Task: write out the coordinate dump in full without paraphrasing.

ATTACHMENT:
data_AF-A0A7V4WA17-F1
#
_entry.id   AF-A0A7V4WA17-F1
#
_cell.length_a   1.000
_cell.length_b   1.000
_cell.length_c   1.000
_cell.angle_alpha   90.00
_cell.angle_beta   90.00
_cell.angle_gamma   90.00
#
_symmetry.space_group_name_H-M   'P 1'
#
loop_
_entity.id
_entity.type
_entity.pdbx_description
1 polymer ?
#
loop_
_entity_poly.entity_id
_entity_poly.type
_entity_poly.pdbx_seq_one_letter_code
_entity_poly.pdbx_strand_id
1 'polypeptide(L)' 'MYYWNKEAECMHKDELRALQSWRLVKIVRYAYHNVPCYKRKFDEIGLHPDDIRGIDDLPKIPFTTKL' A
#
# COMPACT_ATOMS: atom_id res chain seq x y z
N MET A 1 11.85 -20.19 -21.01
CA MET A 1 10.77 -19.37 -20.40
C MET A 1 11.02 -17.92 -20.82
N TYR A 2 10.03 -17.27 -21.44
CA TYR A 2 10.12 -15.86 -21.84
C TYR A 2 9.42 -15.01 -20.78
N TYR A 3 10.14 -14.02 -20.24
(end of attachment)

data_AF-A0A7V4WA17-F1
#
_entry.id   AF-A0A7V4WA17-F1
#
_cell.length_a   1.000
_cell.length_b   1.000
_cell.length_c   1.000
_cell.angle_alpha   90.00
_cell.angle_beta   90.00
_cell.angle_gamma   90.00
#
_symmetry.space_group_name_H-M   'P 1'
#
loop_
_entity.id
_entity.type
_entity.pdbx_description
1 polymer ?
#
loop_
_entity_poly.entity_id
_entity_poly.type
_entity_poly.pdbx_seq_one_letter_code
_entity_poly.pdbx_strand_id
1 'polypeptide(L)' 'MYYWNKEAECMHKDELRALQSWRLVKIVRYAYHNVPCYKRKFDEIGLHPDDIRGIDDLPKIPFTTKL' A
#
# COMPACT_ATOMS: atom_id res chain seq x y z
N MET A 1 11.85 -20.19 -21.01
CA MET A 1 10.77 -19.37 -20.40
C MET A 1 11.02 -17.92 -20.82
N TYR A 2 10.03 -17.27 -21.44
CA TYR A 2 10.12 -15.86 -21.84
C TYR A 2 9.42 -15.01 -20.78
N TYR A 3 10.14 -14.02 -20.24